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September 28, 2016

Five backup mistakes you might be making

Five backup mistakes you might be making

By Anthea Nadin, Data Centre Solution Specialist at Aptronics

Data redundancy is crucial for business continuity efforts, but it’s all too easy for businesses to get it wrong when implementing backup systems. Anthea Nadin, Data Centre Solution Specialist at Aptronics, shines a light on the five biggest mistakes you might be making.

High availability does not a business strategy make. The continued survival of a business is not just about protecting against downtime, but ensuring data redundancy should disaster strike. And yet, despite how fundamentally important maintaining and protecting data is, businesses continue to make these five common mistakes.

Not backing up often enough
I’m often asked about the frequency at which a business should be backing data up. Unfortunately, there is no one backup interval to fit all. It all depends on the type of data – how often it’s manipulated or altered. Important spreadsheets, for example, can have hundreds of small iterations made in a single day. It may be ideal to implement an application that makes a backup every 15 minutes, but again, it would depend on the circumstances. At a minimum on workloads that change daily, you should be backing up your data daily.

Lacklustre business continuity planning
Best practices necessitate that businesses establish recovery time objectives – a targeted duration of time and an acceptable level of integrity within which data must be restored. That’s where business can fall short, even if they’re performing regular backups.
Businesses fail to conduct the appropriate impact analysis before establishing backup and recovery initiatives, with little idea of what is required to maintain continuity following a disaster. It’s vital that you clearly communicate recovery time objectives to IT, and be sure to entail exactly what amount of data you can afford to lose and what needs to be kept.

Not following the 3-2-1 rule
The “3-2-1” rule is simple but incredibly effective. The idea is that you need a minimum of three copies of any data you deem pivotal to business continuity, split across at least two different types of media, with a third kept off-site. That not only protects you against data corruption but a multitude of disaster scenarios – crime, a fire, a virus on the local network, or anything else that might affect the workplace.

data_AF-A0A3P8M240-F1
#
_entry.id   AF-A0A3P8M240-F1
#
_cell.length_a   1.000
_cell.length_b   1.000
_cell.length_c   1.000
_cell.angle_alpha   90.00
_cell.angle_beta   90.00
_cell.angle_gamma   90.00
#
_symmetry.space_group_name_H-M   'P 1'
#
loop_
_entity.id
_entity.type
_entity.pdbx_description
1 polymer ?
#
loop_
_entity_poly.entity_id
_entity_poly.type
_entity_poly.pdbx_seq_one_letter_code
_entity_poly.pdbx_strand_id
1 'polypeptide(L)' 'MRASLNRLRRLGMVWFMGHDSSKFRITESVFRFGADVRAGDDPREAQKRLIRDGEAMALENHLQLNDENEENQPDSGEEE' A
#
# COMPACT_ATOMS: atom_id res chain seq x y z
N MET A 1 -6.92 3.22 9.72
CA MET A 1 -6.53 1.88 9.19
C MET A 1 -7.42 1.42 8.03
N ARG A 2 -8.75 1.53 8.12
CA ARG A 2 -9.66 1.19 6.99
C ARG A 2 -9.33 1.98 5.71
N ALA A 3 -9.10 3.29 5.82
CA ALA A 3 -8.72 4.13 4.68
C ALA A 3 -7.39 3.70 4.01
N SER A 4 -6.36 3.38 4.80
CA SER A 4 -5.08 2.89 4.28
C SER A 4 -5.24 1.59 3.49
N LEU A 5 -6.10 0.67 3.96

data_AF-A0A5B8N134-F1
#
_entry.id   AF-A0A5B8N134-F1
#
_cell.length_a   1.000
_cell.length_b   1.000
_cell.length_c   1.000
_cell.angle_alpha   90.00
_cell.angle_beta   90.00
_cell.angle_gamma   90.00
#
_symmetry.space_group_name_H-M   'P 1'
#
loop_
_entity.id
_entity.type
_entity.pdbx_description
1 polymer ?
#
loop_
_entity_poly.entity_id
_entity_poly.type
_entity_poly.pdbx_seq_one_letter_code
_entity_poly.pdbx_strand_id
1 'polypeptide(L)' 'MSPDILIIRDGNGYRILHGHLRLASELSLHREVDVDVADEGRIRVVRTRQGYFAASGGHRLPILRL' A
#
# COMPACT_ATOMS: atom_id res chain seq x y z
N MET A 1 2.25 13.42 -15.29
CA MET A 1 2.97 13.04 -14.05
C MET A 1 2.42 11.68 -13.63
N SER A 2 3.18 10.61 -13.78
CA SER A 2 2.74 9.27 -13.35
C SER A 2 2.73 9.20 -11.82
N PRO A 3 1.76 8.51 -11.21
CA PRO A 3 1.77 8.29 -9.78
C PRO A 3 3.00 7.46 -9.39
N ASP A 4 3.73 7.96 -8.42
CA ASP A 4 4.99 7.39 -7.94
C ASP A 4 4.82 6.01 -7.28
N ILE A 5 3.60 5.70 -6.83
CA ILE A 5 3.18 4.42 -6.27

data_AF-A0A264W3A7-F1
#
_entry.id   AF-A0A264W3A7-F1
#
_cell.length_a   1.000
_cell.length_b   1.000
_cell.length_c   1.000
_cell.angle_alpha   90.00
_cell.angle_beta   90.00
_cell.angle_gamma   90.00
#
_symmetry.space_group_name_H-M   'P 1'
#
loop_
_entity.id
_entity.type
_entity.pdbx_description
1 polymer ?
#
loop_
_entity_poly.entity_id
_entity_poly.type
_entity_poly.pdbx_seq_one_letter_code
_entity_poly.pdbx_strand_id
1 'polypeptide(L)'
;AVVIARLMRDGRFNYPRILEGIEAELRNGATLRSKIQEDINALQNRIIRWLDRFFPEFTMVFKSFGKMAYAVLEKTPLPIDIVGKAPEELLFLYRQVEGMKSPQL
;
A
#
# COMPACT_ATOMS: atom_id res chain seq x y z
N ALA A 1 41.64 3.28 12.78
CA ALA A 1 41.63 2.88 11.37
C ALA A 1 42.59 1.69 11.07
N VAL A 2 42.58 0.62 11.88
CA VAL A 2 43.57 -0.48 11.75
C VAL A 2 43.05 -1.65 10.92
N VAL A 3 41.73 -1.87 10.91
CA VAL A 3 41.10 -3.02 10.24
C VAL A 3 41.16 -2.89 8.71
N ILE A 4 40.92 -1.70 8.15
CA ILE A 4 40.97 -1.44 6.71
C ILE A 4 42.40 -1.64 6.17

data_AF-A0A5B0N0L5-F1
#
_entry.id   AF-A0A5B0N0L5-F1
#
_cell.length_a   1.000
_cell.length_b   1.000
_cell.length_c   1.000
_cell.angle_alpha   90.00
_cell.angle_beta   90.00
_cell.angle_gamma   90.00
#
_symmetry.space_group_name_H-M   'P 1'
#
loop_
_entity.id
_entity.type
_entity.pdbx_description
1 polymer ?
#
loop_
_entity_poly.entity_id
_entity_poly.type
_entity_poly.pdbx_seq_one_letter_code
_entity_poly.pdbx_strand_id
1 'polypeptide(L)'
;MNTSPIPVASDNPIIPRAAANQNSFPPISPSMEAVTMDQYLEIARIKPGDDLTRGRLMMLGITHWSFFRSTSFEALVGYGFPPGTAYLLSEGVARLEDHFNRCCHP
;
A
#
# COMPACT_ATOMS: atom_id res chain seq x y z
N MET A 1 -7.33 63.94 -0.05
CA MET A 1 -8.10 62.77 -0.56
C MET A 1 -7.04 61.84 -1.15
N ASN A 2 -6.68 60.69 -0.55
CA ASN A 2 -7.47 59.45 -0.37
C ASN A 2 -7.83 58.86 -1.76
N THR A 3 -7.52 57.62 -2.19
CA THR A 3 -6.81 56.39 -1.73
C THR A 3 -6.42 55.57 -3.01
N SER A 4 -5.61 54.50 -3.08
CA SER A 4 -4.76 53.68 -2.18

Ineffective management and monitoring of backups
I’ve heard a number of data recovery horror stories, and the most frustrating fact is that many of them could have been avoided. Too often, data backups are made at a prescribed frequency and the business continues on its merry way, only to discover a backup is corrupt following a disaster. A backup is only as good as the last recoverable point. Backup data integrity needs to be monitored, and there are a number of tools that can do just that.

Setting up proactive systems that monitor, alert and even notify the appropriate staff when there is a problem, would go a long way to securing data. Once implemented, a correctly configured dashboard can give a business a view of hardware and software, as well as the state of backups. The most effective tools will notify a business as far in advance as possible, so that they have the best possible opportunity to make informed decisions and take corrective measures.

Rejecting expertise
Businesses should not dismiss the importance of working with the right technology partners. All businesses should be empowered and have access to their systems and data. But the complex nature of data recovery, as well as the dedicated resources required for effective data redundancy, makes it critical to work with partners that have the appropriate experience and certified specialisations.

By choosing a suitable partner, businesses ensure that the dedicated skills to troubleshoot, implement or even manage backups is always on hand. Crucially, without time to dedicate to ensure backup security and integrity, there’s always room for something to go wrong. But even then, it’s still important for businesses to bear all of the considerations above in mind. It only takes a single poor decision to spiral wildly out of control.

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